Self Made Man has been at the forefront of the rock and metal scene since the 70s and he’s still going strong. Read on or click on the page link above for his archived work.
One man’s clutter is another’s mess. Or, to put it another way, why do wives want to chuck out anything that gathers a bit of dust on it?
There comes a time in any relationship when a crossroads is reached and both partners are heading towards it from opposite directions with the prospect of an almighty crash looming.
It arrived for us on Sunday as my nearest and dearest (I say that grudgingly!!), decided the cupboards and wardrobes in our bedroom required a major overhaul.
Little did I think a few days earlier when I splashed the cash on some new, expensive bedroom furniture that the makeover would lead to this.
But when I arrived back home that evening, I was shocked to discover that shelves, drawers and cupboards had been re-arranged to such an extent as to look unrecognisable from their previous guise,
At this point, a caveat. I am a collector (no darling, the word is NOT hoarder!) and in various parts of the house, I store football programmes, football magazines, rugby magazines, old newspapers, concert programmes and of course back issues of Classic Rock and past copies of Mojo, Uncut and even Q too.
Occasionally, I do conduct my own carefully orchestrated “re-organisation.”. In the past, this has involved reluctantly packing my LPs into cardboard boxes and banishing them to the attic, chucking out my cassettes, selling hundreds of football programmes and giving my mate Paul, who is a dentist, copies of Rugby World, Four Four Two and Classic Rock for his appallingly equipped waiting room (only joking PG!).
Otherwise, everything is lovingly stored away in a filing system only understood by me.
At least it was until Sunday night’s shocking discovery!
Fortunately, Sue (bless her) hadn’t chucked anything out. Instead, she’d “tidied things up,” a euphemism for literary carnage if ever there was one.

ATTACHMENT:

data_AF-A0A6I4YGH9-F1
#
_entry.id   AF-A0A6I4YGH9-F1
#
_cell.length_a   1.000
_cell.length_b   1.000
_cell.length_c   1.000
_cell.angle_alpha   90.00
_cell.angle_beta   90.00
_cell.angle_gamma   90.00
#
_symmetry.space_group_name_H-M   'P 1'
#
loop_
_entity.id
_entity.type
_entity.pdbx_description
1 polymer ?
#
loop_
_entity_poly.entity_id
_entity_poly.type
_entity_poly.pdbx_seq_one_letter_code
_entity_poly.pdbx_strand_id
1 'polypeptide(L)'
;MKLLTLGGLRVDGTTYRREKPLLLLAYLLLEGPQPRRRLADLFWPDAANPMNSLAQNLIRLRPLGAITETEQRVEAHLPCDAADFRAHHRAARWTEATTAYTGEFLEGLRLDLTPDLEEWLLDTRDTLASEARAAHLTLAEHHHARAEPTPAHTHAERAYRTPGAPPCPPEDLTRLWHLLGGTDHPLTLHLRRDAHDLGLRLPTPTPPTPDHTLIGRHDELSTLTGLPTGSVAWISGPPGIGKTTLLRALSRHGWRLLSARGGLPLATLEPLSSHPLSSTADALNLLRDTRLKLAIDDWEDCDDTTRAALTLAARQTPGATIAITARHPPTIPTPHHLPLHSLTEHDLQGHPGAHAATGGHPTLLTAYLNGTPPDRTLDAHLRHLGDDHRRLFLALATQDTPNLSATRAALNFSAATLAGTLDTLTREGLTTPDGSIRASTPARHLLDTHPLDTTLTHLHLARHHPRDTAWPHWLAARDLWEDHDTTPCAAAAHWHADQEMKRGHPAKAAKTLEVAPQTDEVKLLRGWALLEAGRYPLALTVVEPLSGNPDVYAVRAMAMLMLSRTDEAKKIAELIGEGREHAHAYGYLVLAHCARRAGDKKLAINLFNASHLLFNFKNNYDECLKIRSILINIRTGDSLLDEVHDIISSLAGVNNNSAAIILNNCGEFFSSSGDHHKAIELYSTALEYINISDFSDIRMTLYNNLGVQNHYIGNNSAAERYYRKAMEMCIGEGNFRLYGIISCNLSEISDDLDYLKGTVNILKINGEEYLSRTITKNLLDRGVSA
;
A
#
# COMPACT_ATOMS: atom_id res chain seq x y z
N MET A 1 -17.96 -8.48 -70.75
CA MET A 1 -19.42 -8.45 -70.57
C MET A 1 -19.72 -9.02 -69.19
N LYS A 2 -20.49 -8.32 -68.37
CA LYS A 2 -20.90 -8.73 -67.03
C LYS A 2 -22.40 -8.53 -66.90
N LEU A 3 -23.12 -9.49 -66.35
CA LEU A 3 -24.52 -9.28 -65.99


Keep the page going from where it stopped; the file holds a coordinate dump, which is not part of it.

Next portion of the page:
“But you never look at them,” she said in meek defence, the classic retort of a person who can’t understand the joy, the pride and the sheer pleasures of collecting reading material.
Thankfully, she has never suggested my collection of over 1,000 CDs which dominate our kitchen shelves, should be put away for I suspect she is quietly proud of the music library herself, even if less than 20 per cent of its content appeals to her.
And she’s quite happy that the bookcase in the lounge is dominated by my books on sport, music, history and politics (“only hardbacks, darling and no torn covers”).
As far as our bedroom barney went, I like to think I won the argument with one or two minor concessions and my horde is now happily restored to its former self with everything in its correct place.
The fact that during her spring-cleaning enterprise, Sue came upon a batch of ticket stubs from gigs she herself attended many years ago probably helped her sympathise with my own position (and incidentally, I wonder how much the stub of a U2 gig from the now-defunct Mayfair in Newcastle 22 years ago is worth today?).
Sue, of course, could have pointed out with justification that dozens of stubs took up a fraction of the space of my significantly bulkier, weightier batch of books and mags.
But she didn’t .For my other half knew she’d be skating on thin ice. For her latest hobby would leave her open to accusations of hypocrisy.
The girl’s started to collect bloody cushions!!